Abbas: Hard Line Language and Moderate Behavior
Abbas: Hard Line Language and Moderate Behavior
The speech that Mahmoud Abbas gave minutes after the end of the speeches of Trump and Netanyahu upset many of those who expected the man, after what he had heard, to take more dramatic decisions immediately.
This expectation stemmed from the threats that prominent Palestinian figures directed at Washington before its announcement. Namely, they made threats like: Canceling Oslo, withdrawing their recognition of Israel, ending security coordination, escalating their moves towards total disengagement from Israel, replacing the state with autonomy, dissolving the Palestinian Authority and transferring its responsibilities to the PLO.
The implementation of actions like these require hundreds of political and administrative decisions, which - if they were taken - would embody a comprehensive and radical change to the status quo, without a guarantee that what would come out of it will succeed.
The Palestinian political class, which showered the world with these kinds of declarations, is unfamiliar with President Abbas and the way he thinks, even as many of them speak in his name. The facts show that what they are saying is merely false conclusions. All of them- even those who sit at the so-called leadership table- know nothing (and they say this in their private meetings).
It was necessary for Abbas’s speech to take the hard-line stance it did in response to the scene that had come out of Washington that Tuesday, which was described- purely for advertising- as the day that separates yesterday from tomorrow.
Abbas, on his part, went on to describe what Trump offered in his deal, and went as far as promising to respond to it with slaps that will come in the future. Abbas also refused to speak with Trump and refused to receive his messages. This behavior, even with the national disagreement about its utility, suits the moment according to the Palestinian tradition. Indeed it is considered an evolution of this tradition that surpasses Arafat’s response after the famous incident between him and the administration when he said: “I am the only one to have said no to America inside the White House.”
Abbas, in his heated speech, continued to send messages of moderation to the Arab and international forces that he needs, if not to achieve primary objectives- and it is not the time for that now- then to remain part of the international and regional equation, especially since this equation still has a place for the Palestinians within it, a place that is worth keeping.
The hardline nature of the speech did not hide commitment to moderation and mentioned things the world wants to hear from the Palestinians that can be summed up in the phrase: “We are for negotiations”.
It did not breach the red lines set by moderate regional and international forces, the red lines that members of the Palestinian political class had crossed, as mentioned at the beginning of this article.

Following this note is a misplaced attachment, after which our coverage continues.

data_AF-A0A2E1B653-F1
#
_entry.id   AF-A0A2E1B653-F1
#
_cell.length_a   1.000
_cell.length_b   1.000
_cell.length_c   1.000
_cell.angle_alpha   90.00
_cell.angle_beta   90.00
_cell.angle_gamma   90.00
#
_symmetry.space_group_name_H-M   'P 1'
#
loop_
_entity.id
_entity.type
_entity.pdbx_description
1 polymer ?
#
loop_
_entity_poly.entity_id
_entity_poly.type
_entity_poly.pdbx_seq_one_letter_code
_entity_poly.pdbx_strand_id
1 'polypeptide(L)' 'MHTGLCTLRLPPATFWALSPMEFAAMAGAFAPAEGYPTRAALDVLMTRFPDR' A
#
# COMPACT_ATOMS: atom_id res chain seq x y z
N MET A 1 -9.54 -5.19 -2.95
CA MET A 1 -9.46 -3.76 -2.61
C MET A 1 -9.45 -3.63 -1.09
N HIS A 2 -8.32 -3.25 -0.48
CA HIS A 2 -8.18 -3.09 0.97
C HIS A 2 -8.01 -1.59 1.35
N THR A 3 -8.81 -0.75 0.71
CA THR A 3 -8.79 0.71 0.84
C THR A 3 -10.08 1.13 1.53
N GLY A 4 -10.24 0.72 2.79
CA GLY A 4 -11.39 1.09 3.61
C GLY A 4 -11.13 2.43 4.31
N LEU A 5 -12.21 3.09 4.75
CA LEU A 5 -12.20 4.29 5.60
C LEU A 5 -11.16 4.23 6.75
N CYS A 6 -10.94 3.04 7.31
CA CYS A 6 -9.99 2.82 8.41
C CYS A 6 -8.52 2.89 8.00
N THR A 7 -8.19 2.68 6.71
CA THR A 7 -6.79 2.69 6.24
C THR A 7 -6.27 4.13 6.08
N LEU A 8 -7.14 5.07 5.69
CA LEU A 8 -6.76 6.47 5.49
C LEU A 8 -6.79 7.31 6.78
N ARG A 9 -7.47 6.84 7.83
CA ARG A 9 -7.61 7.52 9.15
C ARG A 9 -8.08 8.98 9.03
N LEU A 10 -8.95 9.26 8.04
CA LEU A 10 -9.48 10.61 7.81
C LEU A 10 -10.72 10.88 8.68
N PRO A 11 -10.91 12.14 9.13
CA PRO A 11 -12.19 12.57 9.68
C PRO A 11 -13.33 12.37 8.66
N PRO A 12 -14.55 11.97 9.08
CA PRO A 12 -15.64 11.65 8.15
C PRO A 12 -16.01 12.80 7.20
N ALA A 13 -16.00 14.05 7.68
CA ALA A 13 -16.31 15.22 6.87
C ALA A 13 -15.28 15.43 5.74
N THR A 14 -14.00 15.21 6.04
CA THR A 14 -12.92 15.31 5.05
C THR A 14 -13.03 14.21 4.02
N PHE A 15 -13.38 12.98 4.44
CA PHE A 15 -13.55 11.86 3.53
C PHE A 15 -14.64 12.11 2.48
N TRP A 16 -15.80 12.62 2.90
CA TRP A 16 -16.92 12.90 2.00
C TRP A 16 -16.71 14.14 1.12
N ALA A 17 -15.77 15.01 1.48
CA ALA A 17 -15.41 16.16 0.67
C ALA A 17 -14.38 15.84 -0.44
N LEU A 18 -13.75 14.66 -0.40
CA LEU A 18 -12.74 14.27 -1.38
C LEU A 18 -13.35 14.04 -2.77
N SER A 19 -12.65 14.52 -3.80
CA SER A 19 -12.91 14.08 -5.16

Even the strong words Abbas directed at Netanyahu did not include any concrete decisions; instead, he spoke of the possibility of being forced to take such decisions if Natanyahu were to continue to breach the Oslo Accords and the “deal of century” were implemented after being accepted by one side. In this context, it is not only the Palestinians who stand to lose from the annexation of the Jordan Valley and having Israeli sovereignty forced on all settlements in the West Bank, but the Jordanians as well.
What drew my attention while analyzing President Abbas’s speech is that the man needs time to clarify his stance, which could be final. He bought himself some time, internally, by bringing up reconciliation and referring to a possible visit to Gaza, with the Arabs, by taking part in the conference of Arab foreign ministers scheduled for Saturday in Cairo, through which he can hear their real stances from them directly. However, from the early signs shown by Arabs, he knows that their stance already holds something new this time. For in addition to the consensus on supporting Palestinians’ rights and the “moderation of the Palestinians’ stance”, there is obvious disagreement on how to deal with the “deal of the century”.
The two sides with the most influence on formal Palestinian politics are Saudi Arabia and Egypt, and both of them asked Abbas to hold off any measures that lack their cover. Until now, they have agreed to advise the Palestinians to be patient and postpone any actions until they discuss them directly with the two countries.
Abbas- even if we were to simplify things and fabricate hope- faces a multifaceted crisis- for the Palestinians are still divided, and even a dramatic visit to Gaza, if it were to happen, would not end the division; indeed, the most that could be achieved from it is the commencement of a long journey. The Arab situation is even worse than divided. As for the international community, which has not endorsed the “deal of the century”, there is a wide gap between the stances it takes and the measures it is able to enforce when confronting America, and no one knows this better than Abbas.
Abbas is well aware of all this, and he knows that all Palestinians are faced with a decisive test, and there is no doubt that leaders’ talents are demonstrated when faced with a difficult situation and as they try to get out of crises.
Things are not all doom and gloom, if the Palestinians utilize the few tools available to them correctly, they can guarantee a place for themselves in the equation, which is the best they can hope for at a time that can be described- after softening the description- as lousy.